Apparently, I like my fantasy the way I like my coffee... strong, hot, and brewed in the 1980s.
How else to explain my penchant for writing so much about the stories and books that came out back in the glory days? My latest review over on the award-winning genre site Fantasy-Faction takes a look at an anthology that was put together by Jack Dann and one of my personal faves, Gardner Dozois. They would go on to co-edit several themed collections, but this one about unicorns was among the very first.
Read the post on Fantasy-Faction.
From the very first chapter of The Sacred Band, I had a feeling about how I wanted to write this review, and the further in I went, the more certain I became. Reading this book from Janet Morris and Chris Morris is exactly like meeting an old classmate from high school, some 25 or 30 years after you’ve graduated and gone your separate ways out into the world to make your fortunes.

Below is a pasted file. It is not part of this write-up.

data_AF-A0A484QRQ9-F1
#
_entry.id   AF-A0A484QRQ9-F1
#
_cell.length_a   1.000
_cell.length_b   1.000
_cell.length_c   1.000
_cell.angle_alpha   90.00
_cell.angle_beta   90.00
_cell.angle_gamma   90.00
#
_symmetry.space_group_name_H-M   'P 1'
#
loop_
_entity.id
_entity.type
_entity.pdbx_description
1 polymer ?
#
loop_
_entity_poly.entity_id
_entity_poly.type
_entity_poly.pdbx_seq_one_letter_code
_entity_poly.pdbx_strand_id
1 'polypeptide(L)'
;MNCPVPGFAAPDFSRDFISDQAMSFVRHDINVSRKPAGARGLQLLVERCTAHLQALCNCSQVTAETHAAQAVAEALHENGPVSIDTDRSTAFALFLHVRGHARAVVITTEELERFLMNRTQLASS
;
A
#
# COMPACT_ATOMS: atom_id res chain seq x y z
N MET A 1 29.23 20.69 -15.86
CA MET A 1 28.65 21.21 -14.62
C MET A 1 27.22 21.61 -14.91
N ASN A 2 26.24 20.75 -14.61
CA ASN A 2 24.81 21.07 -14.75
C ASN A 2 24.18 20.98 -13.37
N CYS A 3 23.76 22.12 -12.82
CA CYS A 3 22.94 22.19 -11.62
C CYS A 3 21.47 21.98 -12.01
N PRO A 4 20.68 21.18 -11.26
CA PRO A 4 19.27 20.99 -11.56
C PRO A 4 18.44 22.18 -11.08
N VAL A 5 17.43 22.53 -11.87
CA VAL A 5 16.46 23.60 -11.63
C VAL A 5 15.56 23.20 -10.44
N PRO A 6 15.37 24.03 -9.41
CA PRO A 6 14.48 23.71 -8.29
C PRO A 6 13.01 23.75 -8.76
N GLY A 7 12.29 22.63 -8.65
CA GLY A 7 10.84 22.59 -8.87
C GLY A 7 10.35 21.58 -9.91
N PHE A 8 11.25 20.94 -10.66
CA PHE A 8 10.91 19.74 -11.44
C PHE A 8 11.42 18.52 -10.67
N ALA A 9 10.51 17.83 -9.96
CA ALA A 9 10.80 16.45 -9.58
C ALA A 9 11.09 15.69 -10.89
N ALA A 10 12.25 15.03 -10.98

And when I say exactly, I mean exactly. Because the characters in this book, well I first met them and became close with them back in the mid-1980s, back in high school. Critias, Straton, Nikodemos, Tempus (oh Tempus!), and the rest of his Sacred Band of Stepsons. Perhaps we weren’t exactly friends, but I did have more than a nodding acquaintance with them, yes, and with the rest of the residents of the shared-universe fantasy world of Sanctuary....
Read the full blog post at Fantasy-Faction.com!
The new offering from Darkhouse Books-- Stories from the World of Tomorrow-- has been available on Amazon in print and digital for a few days, but today is actually the official release date, coinciding with a rather significant date in science (and sci-fi) history.
I'm pleased and honored to have a story-- "A Deep Breath of Tomorrow"-- included in this anthology of tales inspired by the future envisioned by the 1939 Worlds Fair.
I don't think that it gives anything away to note that inspiration for my story came in part from the DC comics archives of Superman's appearance at the Fair in 1939 (and from the reimagining of the Worlds Fair that was presented in the Generations project from DC). (And there's a nod to Robert Heinlein in there, too.)
The anthology is full to the brim with more than a dozen stories that present a wide range of style and subject.
Check it out on Amazon.com.